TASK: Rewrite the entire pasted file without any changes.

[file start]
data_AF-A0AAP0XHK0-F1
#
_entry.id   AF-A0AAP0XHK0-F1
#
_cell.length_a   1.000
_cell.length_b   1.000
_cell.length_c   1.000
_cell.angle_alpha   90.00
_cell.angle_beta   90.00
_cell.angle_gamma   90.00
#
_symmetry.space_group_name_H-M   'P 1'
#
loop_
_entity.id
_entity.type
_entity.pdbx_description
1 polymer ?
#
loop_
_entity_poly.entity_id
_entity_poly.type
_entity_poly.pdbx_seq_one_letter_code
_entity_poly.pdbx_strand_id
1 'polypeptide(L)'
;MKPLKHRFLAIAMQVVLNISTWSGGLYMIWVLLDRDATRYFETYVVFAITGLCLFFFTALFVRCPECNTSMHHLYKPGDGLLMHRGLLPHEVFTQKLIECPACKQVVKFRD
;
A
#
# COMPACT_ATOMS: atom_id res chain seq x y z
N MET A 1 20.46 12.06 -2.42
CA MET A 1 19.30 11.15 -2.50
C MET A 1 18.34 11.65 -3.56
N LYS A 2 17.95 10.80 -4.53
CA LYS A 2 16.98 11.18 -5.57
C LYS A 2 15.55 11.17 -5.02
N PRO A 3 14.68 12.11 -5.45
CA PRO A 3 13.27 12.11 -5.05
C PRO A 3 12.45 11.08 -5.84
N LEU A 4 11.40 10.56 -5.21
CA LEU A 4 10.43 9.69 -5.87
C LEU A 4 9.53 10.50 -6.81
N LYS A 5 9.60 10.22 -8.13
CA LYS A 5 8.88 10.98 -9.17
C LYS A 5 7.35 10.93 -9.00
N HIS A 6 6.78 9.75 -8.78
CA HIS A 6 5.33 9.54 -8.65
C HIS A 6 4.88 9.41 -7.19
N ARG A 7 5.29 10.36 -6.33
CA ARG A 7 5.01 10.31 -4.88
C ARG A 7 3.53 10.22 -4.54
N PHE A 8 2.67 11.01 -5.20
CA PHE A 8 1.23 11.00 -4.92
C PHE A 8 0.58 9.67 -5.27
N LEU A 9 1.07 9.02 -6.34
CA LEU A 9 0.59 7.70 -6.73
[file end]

data_AF-A0AAP0XHK0-F1
#
_entry.id   AF-A0AAP0XHK0-F1
#
_cell.length_a   1.000
_cell.length_b   1.000
_cell.length_c   1.000
_cell.angle_alpha   90.00
_cell.angle_beta   90.00
_cell.angle_gamma   90.00
#
_symmetry.space_group_name_H-M   'P 1'
#
loop_
_entity.id
_entity.type
_entity.pdbx_description
1 polymer ?
#
loop_
_entity_poly.entity_id
_entity_poly.type
_entity_poly.pdbx_seq_one_letter_code
_entity_poly.pdbx_strand_id
1 'polypeptide(L)'
;MKPLKHRFLAIAMQVVLNISTWSGGLYMIWVLLDRDATRYFETYVVFAITGLCLFFFTALFVRCPECNTSMHHLYKPGDGLLMHRGLLPHEVFTQKLIECPACKQVVKFRD
;
A
#
# COMPACT_ATOMS: atom_id res chain seq x y z
N MET A 1 20.46 12.06 -2.42
CA MET A 1 19.30 11.15 -2.50
C MET A 1 18.34 11.65 -3.56
N LYS A 2 17.95 10.80 -4.53
CA LYS A 2 16.98 11.18 -5.57
C LYS A 2 15.55 11.17 -5.02
N PRO A 3 14.68 12.11 -5.45
CA PRO A 3 13.27 12.11 -5.05
C PRO A 3 12.45 11.08 -5.84
N LEU A 4 11.40 10.56 -5.21
CA LEU A 4 10.43 9.69 -5.87
C LEU A 4 9.53 10.50 -6.81
N LYS A 5 9.60 10.22 -8.13
CA LYS A 5 8.88 10.98 -9.17
C LYS A 5 7.35 10.93 -9.00
N HIS A 6 6.78 9.75 -8.78
CA HIS A 6 5.33 9.54 -8.65
C HIS A 6 4.88 9.41 -7.19
N ARG A 7 5.29 10.36 -6.33
CA ARG A 7 5.01 10.31 -4.88
C ARG A 7 3.53 10.22 -4.54
N PHE A 8 2.67 11.01 -5.20
CA PHE A 8 1.23 11.00 -4.92
C PHE A 8 0.58 9.67 -5.27
N LEU A 9 1.07 9.02 -6.34
CA LEU A 9 0.59 7.70 -6.73